United States

United States

US offshore wind project approval time cut by two years

UNITED STATES: For a young industry, it was a big week. On November 23, Cape Wind, the most advanced offshore wind project in the US, received approval from state regulators for a 15-year power purchase agreement (PPA) covering half of its 468MW output.

The following day, the Department of the Interior (DOI) and its offshore energy agency announced three regulatory changes that, according to interior minister Ken Salazar, could cut the current seven-to-nine-year planning time for such projects by two years or more.

Probably the most significant outcome of the announcements, made by the ministry and its agency, the Bureau of Ocean Energy Management, Regulation and Enforcement (BOEMRE), is that developers may no longer need two environmental impact statements: one to gain a lease for wind farm site assessments (with geophysical surveys and meteorological tower installation) and a second for construction and operation. This requirement under the National Environmental Policy Act has been a major problem for developers (Windpower Monthly, November 2010).

The DOI will now conduct an environmental assessment, integrating BOEMRE's existing studies on the impact of wind power with information from other state and federal agencies. It will cut the time needed to gain a commercial lease by one year, says BOEMRE, while the American Wind Energy Association (AWEA) estimates a cut of 18-24 months.

Streamlining the process of requests for information (RFI) will also cut permitting time, BOEMRE says. Under current rules, BOEMRE issues one RFI when it proposes an area for offshore development. A second RFI, which is required if only one qualified developer responds, has now been eliminated, saving six to 12 months.

Short timeline

BOEMRE also announced that it would unveil the best wind energy areas in six or seven states by January 22. The bureau has been working with task forces in eight Atlantic states over the past year, collecting information on wind resources in order to decide on the zones offering the best opportunities for wind development. Virginia, Maryland, Delaware, New Jersey, Rhode Island, Massachusetts and possibly New York will be announced in the first round.

By the end of January, the federal government says it will issue RFIs and calls for information from those interested in leases off Massachusetts, Rhode Island, New Jersey and Virginia. BOEMRE issued the RFI for Maryland in November.

Peter Mandelstam, president of offshore developer NRG Bluewater and chair of AWEA's offshore group, says the new streamlining measure should lead to a shorter project timeline. "This is a strong, concrete signal to the global supply chain that the US is open for business," he says.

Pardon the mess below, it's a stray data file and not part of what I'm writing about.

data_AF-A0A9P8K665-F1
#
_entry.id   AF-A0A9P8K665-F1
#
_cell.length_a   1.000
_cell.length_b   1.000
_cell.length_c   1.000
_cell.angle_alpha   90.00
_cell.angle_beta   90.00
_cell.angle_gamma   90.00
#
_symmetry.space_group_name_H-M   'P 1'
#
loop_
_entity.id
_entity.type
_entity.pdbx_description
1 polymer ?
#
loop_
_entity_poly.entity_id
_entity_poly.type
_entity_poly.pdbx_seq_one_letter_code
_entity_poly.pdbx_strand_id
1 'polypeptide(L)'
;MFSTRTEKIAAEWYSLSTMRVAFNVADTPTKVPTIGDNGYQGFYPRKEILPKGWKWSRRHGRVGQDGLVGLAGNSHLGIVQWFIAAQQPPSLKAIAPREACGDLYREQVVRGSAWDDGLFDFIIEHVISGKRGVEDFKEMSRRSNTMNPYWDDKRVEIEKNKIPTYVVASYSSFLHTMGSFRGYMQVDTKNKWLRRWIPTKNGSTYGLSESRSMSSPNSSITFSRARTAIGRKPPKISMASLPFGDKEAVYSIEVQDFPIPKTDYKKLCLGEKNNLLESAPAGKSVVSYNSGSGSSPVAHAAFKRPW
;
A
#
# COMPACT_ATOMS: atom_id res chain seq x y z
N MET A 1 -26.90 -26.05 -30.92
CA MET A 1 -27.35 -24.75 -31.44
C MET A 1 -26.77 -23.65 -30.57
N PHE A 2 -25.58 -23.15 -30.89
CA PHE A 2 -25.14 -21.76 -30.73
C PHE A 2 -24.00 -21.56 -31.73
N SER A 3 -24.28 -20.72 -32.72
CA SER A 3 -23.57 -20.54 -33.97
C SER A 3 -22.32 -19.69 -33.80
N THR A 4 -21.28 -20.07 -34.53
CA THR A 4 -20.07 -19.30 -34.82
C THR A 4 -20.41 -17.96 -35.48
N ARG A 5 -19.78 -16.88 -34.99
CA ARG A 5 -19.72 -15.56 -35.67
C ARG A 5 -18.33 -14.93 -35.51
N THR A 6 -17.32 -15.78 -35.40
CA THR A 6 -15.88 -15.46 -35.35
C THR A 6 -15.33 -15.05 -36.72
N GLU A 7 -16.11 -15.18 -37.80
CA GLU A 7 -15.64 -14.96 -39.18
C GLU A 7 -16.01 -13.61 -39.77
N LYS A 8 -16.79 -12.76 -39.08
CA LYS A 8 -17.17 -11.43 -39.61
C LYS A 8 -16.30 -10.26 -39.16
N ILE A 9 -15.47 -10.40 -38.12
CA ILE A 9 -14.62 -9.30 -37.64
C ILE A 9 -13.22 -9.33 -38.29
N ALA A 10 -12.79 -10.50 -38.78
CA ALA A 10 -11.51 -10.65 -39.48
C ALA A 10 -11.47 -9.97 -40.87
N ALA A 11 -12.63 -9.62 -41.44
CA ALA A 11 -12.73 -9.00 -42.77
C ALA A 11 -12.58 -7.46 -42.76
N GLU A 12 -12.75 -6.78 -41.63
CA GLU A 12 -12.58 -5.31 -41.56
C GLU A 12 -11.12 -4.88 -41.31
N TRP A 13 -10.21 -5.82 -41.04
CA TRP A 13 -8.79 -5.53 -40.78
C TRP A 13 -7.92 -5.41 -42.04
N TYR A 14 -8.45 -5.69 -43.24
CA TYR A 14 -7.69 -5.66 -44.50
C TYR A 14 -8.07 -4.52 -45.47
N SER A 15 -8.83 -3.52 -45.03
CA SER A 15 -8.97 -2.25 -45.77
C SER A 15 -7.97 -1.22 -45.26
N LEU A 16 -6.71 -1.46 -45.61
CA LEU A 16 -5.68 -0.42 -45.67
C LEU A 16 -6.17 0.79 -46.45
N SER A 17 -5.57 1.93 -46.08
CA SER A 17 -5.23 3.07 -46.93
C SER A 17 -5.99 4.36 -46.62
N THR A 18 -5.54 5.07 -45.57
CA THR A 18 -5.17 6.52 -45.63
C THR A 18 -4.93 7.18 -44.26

The company's two offshore projects - a 348MW New Jersey site off Atlantic Beach with an exploratory lease and a 300-450MW Delaware site off Rehobeth Beach with a 200MW PPA - could now gain federal permits in two to three years, says Mandelstam, adding that he would like the DOI to clarify how existing projects will fit into the new wind-energy-areas system.

For the country's longest-running offshore project, Cape Wind, some obstacles still remain. Spokesman Mark Rodgers says the PPA with utility National Grid for half the project's 468MW was the largest remaining hurdle. The Massachusetts Department of Public Utilities (DPU) approved a price of 18.7 cents per kWh in 2013, rising by 3.5% annually for 15 years, and granted National Grid a right to a one-time ten-year extension of the contract.


However, as Windpower Monthly went to press, the Alliance to Protect Nantucket Sound, an opponent to the project, said it would meet the December 23 deadline to appeal the DPU decision in Massachusetts Supreme Judicial Court. The project's DOI permit is also being contested, but Cape Wind is confident that both protests will fail. "Our opponents have a dismal losing legal track record thus far," Rodgers says.

Federal permits are still being sought from the Army Corps of Engineers and the Environmental Protection Agency, and the Federal Aviation Administration's no-hazard ruling for the project is being challenged by the alliance and Barnstable Airport.

The DPU's ruling includes a knock-back for Cape Wind's second PPA, which unusually does not name a power purchaser. Instead, National Grid proposes to sell the power purchase rights to a third party, an arrangement the DPU says it could not sanction. Since National Grid has not shown interest in the second half of output, Cape Wind's best hope is to find another Massachusetts utility to purchase the power, says Dan Shreve, director of renewables consultancy MAKE. "The reason why no one has come forward yet may be due to the fact that people were waiting to see what happened with National Grid's effort," Shreve says.

But for all its obstacles, Cape Wind's recent DPU win - like the DOI's permitting changes - sends a good signal to investors. Attorney Mary Beth Gentleman of Foley Hoag, who represented the state's Department of Energy Resources in arguing for the PPA, says the DPU's decision could even influence other states.

"It could be very useful to public utility commissioners and elected officials in other jurisdictions, because it was a very systematic accounting of costs and benefits that took into account the real benefits of renewable energy," says Gentleman.

There will likely be more chances to see if that happens and if other projects can come to fruition faster than Cape Wind.

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